The Countdown to the End of Netanyahu's Premiership Has Begun

What was Netanyahu thinking, that Hamas in Gaza would sit quietly while the IDF was seen every night destroying its admirers and members?

Yoel Marcus
Yoel Marcus
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Netanyahu chairs the weekly cabinet meeting in his office in Jerusalem, Sunday, July 6, 2014.
Netanyahu chairs the weekly cabinet meeting in his office in Jerusalem, Sunday, July 6, 2014. Credit: AP
Yoel Marcus
Yoel Marcus

Anyone who saw the sour face of Yitzhak Rabin when he shook the hand of Yasser Arafat on the White House lawn couldn’t help but notice that he wasn’t digesting the Oslo Accords. Later on his wife Leah claimed that he did in fact agree to the treaty because of his fears that the Israel Defense Forces, which overcame five Arab armies, was not built to fight terror and bring a victory, as it did in the War of Independence.

Think about it — in the first intifada the IDF used gravel throwers to disperse demonstrations and undercover soldiers disguised as Arabs. Rabin learned the hard way that there is no longer a war to end all wars.

One government after another accustomed us to living with sporadic bombings from rockets with tiny warheads, in Sderot and its environs. They often explained that the “rockets” have small warheads, and therefore don’t cause real damage to anyone who didn’t have the misfortune of being in the area. Small is nice, but it’s hard to believe that any government in the world would accept the fact that “only” one region in its jurisdiction would be a target of rocket fire.

Sderot and its neighbors, and today Tel Aviv, Hadera and Haifa as well, were fortunate that at the time we had a civilian defense minister, Amir Peretz, who was insistent and thanks to him, we, the pampered home front, are being protected by the Iron Dome. And this week when the missiles reached Tel Aviv and northward, there was no panic of the kind we experienced during the days of the Scud missiles from Iraq.

Hamas, which this time, too, turned out to lack all restraint, didn’t take seriously the ground forces we concentrated near Gaza “as though” we are about to occupy it. And our home front hoped or assumed that we wouldn’t do such a foolish thing. If the missiles aren’t killing us, why volunteer to be a target in a ground invasion, and be condemned by the entire world to boot? The decision makers were relying on the fact that sooner or later there will be a cease-fire, accompanied by an agreement that won’t make us happy. In any case, the residents of Gaza have greater stamina than we do.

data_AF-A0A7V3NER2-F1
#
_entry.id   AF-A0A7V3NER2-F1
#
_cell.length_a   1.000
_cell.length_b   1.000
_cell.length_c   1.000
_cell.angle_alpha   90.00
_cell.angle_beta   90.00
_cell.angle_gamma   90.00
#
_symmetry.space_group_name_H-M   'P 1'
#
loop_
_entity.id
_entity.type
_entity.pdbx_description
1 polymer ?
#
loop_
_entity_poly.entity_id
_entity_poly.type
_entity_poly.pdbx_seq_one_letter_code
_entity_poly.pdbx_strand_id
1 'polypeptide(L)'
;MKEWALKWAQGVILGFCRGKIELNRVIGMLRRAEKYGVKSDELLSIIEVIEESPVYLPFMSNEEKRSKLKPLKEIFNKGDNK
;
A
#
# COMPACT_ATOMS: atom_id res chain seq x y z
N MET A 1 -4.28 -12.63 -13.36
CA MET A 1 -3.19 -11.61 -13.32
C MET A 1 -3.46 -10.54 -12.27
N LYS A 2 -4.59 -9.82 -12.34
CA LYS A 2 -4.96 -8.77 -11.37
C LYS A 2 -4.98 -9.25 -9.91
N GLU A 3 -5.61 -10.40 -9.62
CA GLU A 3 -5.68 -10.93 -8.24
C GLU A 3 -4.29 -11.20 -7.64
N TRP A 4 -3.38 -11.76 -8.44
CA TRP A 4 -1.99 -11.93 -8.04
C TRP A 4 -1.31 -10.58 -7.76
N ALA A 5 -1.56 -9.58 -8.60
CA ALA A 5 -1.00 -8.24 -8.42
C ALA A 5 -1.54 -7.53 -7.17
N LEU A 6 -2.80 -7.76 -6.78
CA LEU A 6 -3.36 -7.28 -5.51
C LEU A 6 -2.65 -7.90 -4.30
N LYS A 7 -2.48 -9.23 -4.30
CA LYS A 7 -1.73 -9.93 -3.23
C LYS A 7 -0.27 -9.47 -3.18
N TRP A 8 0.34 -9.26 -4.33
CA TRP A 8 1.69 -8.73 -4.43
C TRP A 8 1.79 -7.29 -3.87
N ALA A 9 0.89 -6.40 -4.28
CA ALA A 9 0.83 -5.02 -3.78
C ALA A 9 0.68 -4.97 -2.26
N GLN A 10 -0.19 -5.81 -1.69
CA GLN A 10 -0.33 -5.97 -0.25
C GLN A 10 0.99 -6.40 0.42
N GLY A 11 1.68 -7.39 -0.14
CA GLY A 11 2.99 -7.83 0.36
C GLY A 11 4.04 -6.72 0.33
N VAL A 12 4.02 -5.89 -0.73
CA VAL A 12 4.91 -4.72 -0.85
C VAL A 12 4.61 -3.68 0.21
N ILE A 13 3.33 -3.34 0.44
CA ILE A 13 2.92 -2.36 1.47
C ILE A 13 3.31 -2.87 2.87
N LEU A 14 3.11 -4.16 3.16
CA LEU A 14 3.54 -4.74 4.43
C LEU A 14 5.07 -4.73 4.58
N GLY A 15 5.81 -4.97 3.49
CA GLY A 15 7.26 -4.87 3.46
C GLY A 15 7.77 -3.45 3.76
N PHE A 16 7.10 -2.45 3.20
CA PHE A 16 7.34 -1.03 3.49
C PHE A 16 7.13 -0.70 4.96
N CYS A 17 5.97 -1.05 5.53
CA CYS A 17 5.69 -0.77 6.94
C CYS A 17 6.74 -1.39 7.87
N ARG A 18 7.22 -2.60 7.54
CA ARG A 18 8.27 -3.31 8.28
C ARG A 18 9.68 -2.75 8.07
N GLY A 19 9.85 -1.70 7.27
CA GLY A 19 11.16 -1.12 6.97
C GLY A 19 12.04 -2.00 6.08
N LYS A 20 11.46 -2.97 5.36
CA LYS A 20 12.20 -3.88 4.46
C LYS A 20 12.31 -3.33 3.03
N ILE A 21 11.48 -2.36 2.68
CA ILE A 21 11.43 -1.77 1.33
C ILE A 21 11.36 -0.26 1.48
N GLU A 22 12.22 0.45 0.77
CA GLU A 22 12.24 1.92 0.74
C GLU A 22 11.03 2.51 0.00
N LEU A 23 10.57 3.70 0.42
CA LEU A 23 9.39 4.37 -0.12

The question will be what will happen after the cease-fire. Will we start a countdown until the next events initiated by Hamas, as in the past? Will Bibi deliver another speech or two on television? Will he be remembered as someone who had balls of iron and went all the way with his policy of “not one inch,” or as the strategist of the campaign against Hamas?

Some claimed that the abduction of the three teens, as grave as it was, didn’t justify bringing the army into the Abu Mazen’s realm, fighting against Hamas, breaking into homes every night, and making widespread arrests that included anyone we felt like arresting. What was Netanyahu thinking, that Hamas in Gaza would sit quietly while the IDF was seen every night destroying its admirers and members?

The abduction of the teenagers and what happened as a result caught Bibi in an awkward position. First he was attacked by Foreign Minister Avigdor Lieberman: “You promised a firm hand, and you didn’t keep your promise.” Bibi’s response was: “First of all, attend the cabinet meetings.” And in response to an interview Lieberman gave on television, Bibi scolded him: “Ministers are not commentators.”

Lieberman announced the departure of his party from Likud-Beiteinu, but didn’t leave the government. He “only” made it clear that Bibi doesn’t have the next election in his pocket. So let’s assume there’s a cease-fire within a day or two; what will this government do? Kill all the Arabs, or try to reach an agreement with the Palestinians based on the outline suggested by the U.S. administration?

The truth is that Bibi has missed every opportunity given him in the past year; now he certainly won’t move. Maybe because in his present situation he’s on the way to losing the premiership. One of his better former ministers, Moshe Kahlon, abandoned him and is getting ready to defeat him in the next election. Bibi’s pathetic failure to eliminate the presidential candidacy of Reuven Rivlin and his defeat on this issue by Interior Minister Gideon Sa’ar, along with Lieberman’s abandonment, indicate that he can start the countdown to his end. There is no greater danger to the country than a prime minister on the way down.

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